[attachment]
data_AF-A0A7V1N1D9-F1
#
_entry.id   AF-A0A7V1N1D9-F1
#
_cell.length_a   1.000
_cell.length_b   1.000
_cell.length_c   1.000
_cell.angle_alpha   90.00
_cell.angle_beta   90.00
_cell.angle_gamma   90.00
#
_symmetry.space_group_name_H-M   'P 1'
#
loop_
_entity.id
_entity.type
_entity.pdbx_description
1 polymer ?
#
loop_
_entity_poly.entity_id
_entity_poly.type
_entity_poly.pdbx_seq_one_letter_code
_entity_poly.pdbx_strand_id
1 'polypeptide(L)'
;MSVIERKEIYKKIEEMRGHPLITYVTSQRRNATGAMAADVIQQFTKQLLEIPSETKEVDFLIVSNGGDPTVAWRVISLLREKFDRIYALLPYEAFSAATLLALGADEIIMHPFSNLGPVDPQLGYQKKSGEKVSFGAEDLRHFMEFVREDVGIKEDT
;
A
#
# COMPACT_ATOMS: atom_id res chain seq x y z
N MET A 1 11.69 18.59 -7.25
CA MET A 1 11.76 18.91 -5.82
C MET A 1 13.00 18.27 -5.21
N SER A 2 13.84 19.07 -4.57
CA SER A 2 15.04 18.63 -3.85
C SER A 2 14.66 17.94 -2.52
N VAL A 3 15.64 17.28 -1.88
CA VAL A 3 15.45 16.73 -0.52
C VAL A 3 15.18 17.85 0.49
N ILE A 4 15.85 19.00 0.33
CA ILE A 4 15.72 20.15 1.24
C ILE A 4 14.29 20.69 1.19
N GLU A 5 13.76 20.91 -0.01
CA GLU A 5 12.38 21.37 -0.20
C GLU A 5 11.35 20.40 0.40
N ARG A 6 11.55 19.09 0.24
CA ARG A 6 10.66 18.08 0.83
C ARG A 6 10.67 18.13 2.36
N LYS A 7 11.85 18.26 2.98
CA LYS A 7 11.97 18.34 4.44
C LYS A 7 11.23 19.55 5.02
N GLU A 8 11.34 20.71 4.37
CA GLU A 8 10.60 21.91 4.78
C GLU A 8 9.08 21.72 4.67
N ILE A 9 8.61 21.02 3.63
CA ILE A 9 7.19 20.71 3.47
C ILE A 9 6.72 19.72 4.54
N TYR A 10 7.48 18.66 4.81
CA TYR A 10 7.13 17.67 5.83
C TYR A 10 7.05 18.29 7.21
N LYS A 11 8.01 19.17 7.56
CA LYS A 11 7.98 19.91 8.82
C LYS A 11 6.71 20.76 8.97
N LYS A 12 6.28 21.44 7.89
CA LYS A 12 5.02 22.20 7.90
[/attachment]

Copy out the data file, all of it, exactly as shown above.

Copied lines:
data_AF-A0A7V1N1D9-F1
#
_entry.id   AF-A0A7V1N1D9-F1
#
_cell.length_a   1.000
_cell.length_b   1.000
_cell.length_c   1.000
_cell.angle_alpha   90.00
_cell.angle_beta   90.00
_cell.angle_gamma   90.00
#
_symmetry.space_group_name_H-M   'P 1'
#
loop_
_entity.id
_entity.type
_entity.pdbx_description
1 polymer ?
#
loop_
_entity_poly.entity_id
_entity_poly.type
_entity_poly.pdbx_seq_one_letter_code
_entity_poly.pdbx_strand_id
1 'polypeptide(L)'
;MSVIERKEIYKKIEEMRGHPLITYVTSQRRNATGAMAADVIQQFTKQLLEIPSETKEVDFLIVSNGGDPTVAWRVISLLREKFDRIYALLPYEAFSAATLLALGADEIIMHPFSNLGPVDPQLGYQKKSGEKVSFGAEDLRHFMEFVREDVGIKEDT
;
A
#
# COMPACT_ATOMS: atom_id res chain seq x y z
N MET A 1 11.69 18.59 -7.25
CA MET A 1 11.76 18.91 -5.82
C MET A 1 13.00 18.27 -5.21
N SER A 2 13.84 19.07 -4.57
CA SER A 2 15.04 18.63 -3.85
C SER A 2 14.66 17.94 -2.52
N VAL A 3 15.64 17.28 -1.88
CA VAL A 3 15.45 16.73 -0.52
C VAL A 3 15.18 17.85 0.49
N ILE A 4 15.85 19.00 0.33
CA ILE A 4 15.72 20.15 1.24
C ILE A 4 14.29 20.69 1.19
N GLU A 5 13.76 20.91 -0.01
CA GLU A 5 12.38 21.37 -0.20
C GLU A 5 11.35 20.40 0.40
N ARG A 6 11.55 19.09 0.24
CA ARG A 6 10.66 18.08 0.83
C ARG A 6 10.67 18.13 2.36
N LYS A 7 11.85 18.26 2.98
CA LYS A 7 11.97 18.34 4.44
C LYS A 7 11.23 19.55 5.02
N GLU A 8 11.34 20.71 4.37
CA GLU A 8 10.60 21.91 4.78
C GLU A 8 9.08 21.72 4.67
N ILE A 9 8.61 21.02 3.63
CA ILE A 9 7.19 20.71 3.47
C ILE A 9 6.72 19.72 4.54
N TYR A 10 7.48 18.66 4.81
CA TYR A 10 7.13 17.67 5.83
C TYR A 10 7.05 18.29 7.21
N LYS A 11 8.01 19.17 7.56
CA LYS A 11 7.98 19.91 8.82
C LYS A 11 6.71 20.76 8.97
N LYS A 12 6.28 21.44 7.89
CA LYS A 12 5.02 22.20 7.90